So far my experience with TTC has been just like that New Year’s run. I braced myself for a sprint to the finish line, only to find that this is not that kind of race. I wrote an initial post about my expectation to get pregnant right away, and it is safe to say I have not experienced immediate results. I intentionally took activities off the table, like training for a half-marathon in Boston with Patrick and a friend. However, as we continue on, I am feeling more Zen and less rushed about the process. There is nothing I can do to control this, so I am no longer trying. Admittedly, I won’t be training for a half-marthon any time soon, but I am excited to get back on the treadmill for some good 10Ks and continued degradation of my knees. I still won’t touch a drink during the second half of my cycle and will be taking my vitamins, but those days of abbreviations (BBT, OPK, POAS) are a thing of the past. For now, I am taking in the views and a few swigs of cheap wine and enjoying the run. The finish line will still be shocking. The amount of time it takes to get there doesn’t change that.

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We love fresh basil and rosemary but hate buying it every week at the market. This summer we grew rosemary, basil, flat-leaf parsley, and mint. Now that Fall is upon us, we brought the herbs indoors. Still on the look-out for some flat-leaf parsley (we killed ours)…

Dr. Livingston, I presume?

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Dear Future Baby,

Lulu experiences The Bad Beginning

Boy (or girl), are you in luck! Your future mama and daddy have found a place you are surely going to love – merely one of the coolest places in the world. This place, dear baby, is our small town library, where they will loan you a ukulele if you ask. But the real treasure lies on the shelves – the many, many shelves, all lined with fabulous books! (Just don’t ask your mama where the card catalogue is unless you want to see her laugh.)

You’re going to learn quickly that your mama and daddy love to read. You’ll soon notice the stacks of books lying around your home. (In fact, little bookworm, I suspect that we will need to keep them out of the way until you’re old enough to know that books are for reading, not for eating.)

From Seuss to Zeus, there will be stories to tell. We’ll show you Where the Wild Things Are and Where the Sidewalk Ends. We’ll introduce you to a curious monkey named George and a Very Hungry Caterpillar. As you grow older, we’ll feed you a Giant Peach and take you on a tour of a Chocolate Factory. You’ll learn what lies inside an unusual Wardrobe, and how to make the best out of a Series of Unfortunate Events. You’ll be educated at Hogwarts, go There and Back Again (meeting a furry-footed friend along the way), and learn what Hugo Cabret invented.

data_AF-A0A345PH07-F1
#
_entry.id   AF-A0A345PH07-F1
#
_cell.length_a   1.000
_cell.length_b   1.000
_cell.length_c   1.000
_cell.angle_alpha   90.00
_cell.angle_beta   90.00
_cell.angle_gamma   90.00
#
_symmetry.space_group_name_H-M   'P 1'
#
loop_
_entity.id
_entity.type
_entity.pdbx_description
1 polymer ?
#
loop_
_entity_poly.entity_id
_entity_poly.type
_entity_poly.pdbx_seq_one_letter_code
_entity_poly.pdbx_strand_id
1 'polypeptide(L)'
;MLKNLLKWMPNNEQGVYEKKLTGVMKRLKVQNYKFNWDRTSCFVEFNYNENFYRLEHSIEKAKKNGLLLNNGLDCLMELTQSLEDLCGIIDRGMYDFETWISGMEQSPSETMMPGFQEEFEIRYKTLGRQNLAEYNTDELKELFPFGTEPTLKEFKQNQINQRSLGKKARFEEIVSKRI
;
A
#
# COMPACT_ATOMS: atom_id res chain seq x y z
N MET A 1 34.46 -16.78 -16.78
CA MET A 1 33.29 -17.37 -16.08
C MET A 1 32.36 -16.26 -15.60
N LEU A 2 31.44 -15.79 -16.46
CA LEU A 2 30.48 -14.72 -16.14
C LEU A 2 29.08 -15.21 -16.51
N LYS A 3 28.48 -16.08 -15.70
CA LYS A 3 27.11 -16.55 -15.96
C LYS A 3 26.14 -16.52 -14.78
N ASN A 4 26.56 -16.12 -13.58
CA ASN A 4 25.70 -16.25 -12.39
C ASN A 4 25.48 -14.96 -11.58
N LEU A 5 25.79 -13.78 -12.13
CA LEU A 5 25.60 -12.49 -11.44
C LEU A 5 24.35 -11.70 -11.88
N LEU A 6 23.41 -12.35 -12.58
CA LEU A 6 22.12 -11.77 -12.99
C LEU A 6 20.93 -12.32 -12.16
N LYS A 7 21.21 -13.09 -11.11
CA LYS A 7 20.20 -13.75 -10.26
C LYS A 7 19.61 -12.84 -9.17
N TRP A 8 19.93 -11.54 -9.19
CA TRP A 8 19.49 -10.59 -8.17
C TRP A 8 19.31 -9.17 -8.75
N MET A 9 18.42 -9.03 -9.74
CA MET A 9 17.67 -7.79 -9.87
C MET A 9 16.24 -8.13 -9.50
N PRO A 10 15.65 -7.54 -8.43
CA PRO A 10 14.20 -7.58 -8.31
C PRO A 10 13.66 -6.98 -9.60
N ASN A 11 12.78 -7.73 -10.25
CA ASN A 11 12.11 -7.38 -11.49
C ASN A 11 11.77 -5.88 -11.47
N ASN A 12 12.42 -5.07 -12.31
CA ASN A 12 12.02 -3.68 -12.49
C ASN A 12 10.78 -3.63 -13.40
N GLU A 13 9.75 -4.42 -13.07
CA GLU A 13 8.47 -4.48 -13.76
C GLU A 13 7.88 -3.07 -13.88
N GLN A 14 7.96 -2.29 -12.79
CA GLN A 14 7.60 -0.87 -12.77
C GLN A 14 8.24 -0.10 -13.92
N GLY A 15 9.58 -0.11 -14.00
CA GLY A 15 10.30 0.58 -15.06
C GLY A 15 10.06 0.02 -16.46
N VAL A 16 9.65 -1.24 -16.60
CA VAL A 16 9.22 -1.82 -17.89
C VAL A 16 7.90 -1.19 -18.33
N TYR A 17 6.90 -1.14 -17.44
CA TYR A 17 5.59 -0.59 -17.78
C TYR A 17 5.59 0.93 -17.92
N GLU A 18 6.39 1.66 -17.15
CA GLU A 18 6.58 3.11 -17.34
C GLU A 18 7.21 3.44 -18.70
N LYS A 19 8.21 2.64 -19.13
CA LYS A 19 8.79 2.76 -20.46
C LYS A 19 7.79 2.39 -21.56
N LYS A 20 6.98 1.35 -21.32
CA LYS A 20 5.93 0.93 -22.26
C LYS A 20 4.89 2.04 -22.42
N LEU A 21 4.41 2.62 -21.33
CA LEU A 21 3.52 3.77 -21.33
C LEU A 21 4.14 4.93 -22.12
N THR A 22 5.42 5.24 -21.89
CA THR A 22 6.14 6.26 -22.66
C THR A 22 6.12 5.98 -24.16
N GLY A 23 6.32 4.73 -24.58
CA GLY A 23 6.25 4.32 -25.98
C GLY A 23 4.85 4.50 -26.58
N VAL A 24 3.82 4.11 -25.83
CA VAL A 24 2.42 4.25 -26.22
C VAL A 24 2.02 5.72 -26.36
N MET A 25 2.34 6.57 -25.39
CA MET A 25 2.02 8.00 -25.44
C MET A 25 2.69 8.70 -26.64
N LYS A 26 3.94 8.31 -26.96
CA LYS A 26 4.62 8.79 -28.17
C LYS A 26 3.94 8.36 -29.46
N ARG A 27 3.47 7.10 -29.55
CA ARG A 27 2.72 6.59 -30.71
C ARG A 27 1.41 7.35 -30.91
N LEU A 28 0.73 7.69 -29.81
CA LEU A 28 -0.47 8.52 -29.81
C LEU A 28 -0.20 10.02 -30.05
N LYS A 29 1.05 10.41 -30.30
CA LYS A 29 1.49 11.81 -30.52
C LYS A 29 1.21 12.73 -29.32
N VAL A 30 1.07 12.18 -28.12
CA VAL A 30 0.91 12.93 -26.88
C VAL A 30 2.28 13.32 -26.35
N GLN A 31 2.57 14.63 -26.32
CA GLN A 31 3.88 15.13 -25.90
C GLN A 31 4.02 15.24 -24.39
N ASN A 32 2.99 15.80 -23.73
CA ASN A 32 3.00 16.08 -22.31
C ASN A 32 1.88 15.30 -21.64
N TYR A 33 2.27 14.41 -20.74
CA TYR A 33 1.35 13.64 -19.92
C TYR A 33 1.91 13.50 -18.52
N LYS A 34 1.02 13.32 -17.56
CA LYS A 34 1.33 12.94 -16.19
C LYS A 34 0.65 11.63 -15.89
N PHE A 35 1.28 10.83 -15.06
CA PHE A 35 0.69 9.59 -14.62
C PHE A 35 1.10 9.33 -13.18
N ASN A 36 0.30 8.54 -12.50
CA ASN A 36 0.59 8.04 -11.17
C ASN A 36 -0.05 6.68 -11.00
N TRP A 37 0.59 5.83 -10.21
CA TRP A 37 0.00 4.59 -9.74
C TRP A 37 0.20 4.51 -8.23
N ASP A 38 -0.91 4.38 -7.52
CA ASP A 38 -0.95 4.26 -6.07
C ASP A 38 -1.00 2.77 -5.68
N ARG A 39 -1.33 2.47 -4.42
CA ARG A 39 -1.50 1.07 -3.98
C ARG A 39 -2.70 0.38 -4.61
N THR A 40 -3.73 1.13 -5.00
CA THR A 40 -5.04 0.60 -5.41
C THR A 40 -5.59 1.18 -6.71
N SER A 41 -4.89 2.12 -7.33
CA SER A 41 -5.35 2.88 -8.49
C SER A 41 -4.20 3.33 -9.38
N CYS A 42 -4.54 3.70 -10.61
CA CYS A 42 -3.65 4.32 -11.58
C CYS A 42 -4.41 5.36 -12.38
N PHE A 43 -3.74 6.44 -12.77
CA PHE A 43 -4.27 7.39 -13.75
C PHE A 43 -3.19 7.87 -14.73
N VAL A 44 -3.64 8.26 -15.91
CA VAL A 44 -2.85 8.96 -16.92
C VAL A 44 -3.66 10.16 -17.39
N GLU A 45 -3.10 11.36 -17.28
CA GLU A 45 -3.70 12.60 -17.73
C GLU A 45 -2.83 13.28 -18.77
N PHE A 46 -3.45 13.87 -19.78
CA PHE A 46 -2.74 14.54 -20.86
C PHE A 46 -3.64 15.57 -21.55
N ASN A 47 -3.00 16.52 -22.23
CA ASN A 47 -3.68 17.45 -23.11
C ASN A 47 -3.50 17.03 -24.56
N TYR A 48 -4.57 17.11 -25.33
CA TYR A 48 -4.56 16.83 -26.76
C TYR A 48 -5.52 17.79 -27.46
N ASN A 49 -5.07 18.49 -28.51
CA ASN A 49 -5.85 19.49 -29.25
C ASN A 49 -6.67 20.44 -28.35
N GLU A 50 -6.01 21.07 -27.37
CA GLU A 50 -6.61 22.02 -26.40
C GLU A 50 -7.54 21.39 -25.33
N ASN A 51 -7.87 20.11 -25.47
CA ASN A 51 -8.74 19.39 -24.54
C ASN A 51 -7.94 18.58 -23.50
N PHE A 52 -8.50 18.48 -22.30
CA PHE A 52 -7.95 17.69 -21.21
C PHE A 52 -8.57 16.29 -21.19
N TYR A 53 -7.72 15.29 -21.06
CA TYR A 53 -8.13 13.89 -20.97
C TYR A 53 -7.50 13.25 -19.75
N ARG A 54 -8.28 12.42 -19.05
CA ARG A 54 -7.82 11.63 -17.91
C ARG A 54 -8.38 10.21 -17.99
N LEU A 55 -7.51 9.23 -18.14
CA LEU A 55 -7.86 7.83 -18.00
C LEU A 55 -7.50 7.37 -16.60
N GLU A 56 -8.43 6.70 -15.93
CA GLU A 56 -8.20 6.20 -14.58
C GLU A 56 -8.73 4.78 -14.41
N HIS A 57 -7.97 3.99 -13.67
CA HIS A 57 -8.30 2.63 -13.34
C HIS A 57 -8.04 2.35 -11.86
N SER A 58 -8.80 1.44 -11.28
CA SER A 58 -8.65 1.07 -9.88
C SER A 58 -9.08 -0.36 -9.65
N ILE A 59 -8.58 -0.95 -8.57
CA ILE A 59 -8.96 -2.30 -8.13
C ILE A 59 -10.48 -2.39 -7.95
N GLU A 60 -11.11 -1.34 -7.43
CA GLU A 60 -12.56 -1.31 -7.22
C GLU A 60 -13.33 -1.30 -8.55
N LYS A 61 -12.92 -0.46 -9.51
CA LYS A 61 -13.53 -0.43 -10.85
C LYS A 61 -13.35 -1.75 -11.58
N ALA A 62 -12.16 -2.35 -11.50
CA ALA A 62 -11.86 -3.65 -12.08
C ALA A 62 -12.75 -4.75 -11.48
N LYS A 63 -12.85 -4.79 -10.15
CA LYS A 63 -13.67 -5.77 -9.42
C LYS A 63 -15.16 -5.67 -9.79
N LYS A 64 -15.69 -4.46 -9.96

Oh, the Places You’ll Go! And in A Wrinkle in Time, you’ll be one of the most well-traveled children in this great big world!


Your globe-trotting, time-traveling daddy

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My darling future baby,

We did it! I was beginning to think we’d never do it. I was beginning to think that only a select few had what it took, and I would never be part of the club. But last night, September 21, 2011, we made a scrumptious apple pie! This apple pie was perfectly tart, sweet, and fitted with a golden rustic crust. There are lessons in this second pie, baby, that I wanted to share with you.

First, that old saying, well I guess it is a new saying  to you, “If at first you don’t succeed, try, try again!” is not just meant to annoy people; it has merit. First pie – undeniable disaster. Second pie – a sweet success! Your dad and I try, tried again and huzzah — a bloody good pie!

But, baby, this is not just a get-back-on-your-horse lesson. I’ve learned some things about myself from pie-making that you may want to know in advance:

My oh my! Look at that sweet rustic pie!

1. Your mom gives into cyber peer-pressure. I was seriously finished with baking after the apple crumble disaster I detailed in my previous letter. But my friendly blogging pals, tweeps, and FB friends refused to quit on me. They are the real reason I tried again.

2. Your mom resists following instructions. This appears to be a serious problem that goes way beyond throwing away IKEA instructions. This meant that dad had to re-read the pie recipe and perform accuracy checks at each step. It also meant that dad had to hide the zester and all other ingredients not called for in the recipe.

3. When your mom botches something, she calls it “rustic. When the crust tore into 1 million pieces as I attempted to tranfer it onto the pie-top, I pieced it together (like Frankenstein’s face) and called it “rustic.” Your dad just interrupted and wants you to learn from the start that the green monster with the flat-top and platform boots is not called “Frankenstein,” but “Frankenstein’s monster.” Daddy is serious about monsters, so this is important. We’ll get into this more later…

4. Your mom doesn’t entirely hate doing the dishes. Dishes are much more fun to do when you think you have a successful pie in the oven!

5. Your mom is just not that into dessert. Even if a pie tastes good, warm, and homemade-y, I still prefer savory over sweet. Where’s the Chex-Mix?

Anyway, baby — we didn’t give up on pie, so we’re not giving up on you. But do hurry, I am excited to try my hand at rustic diaper changes.

Lots of love,

Your future mama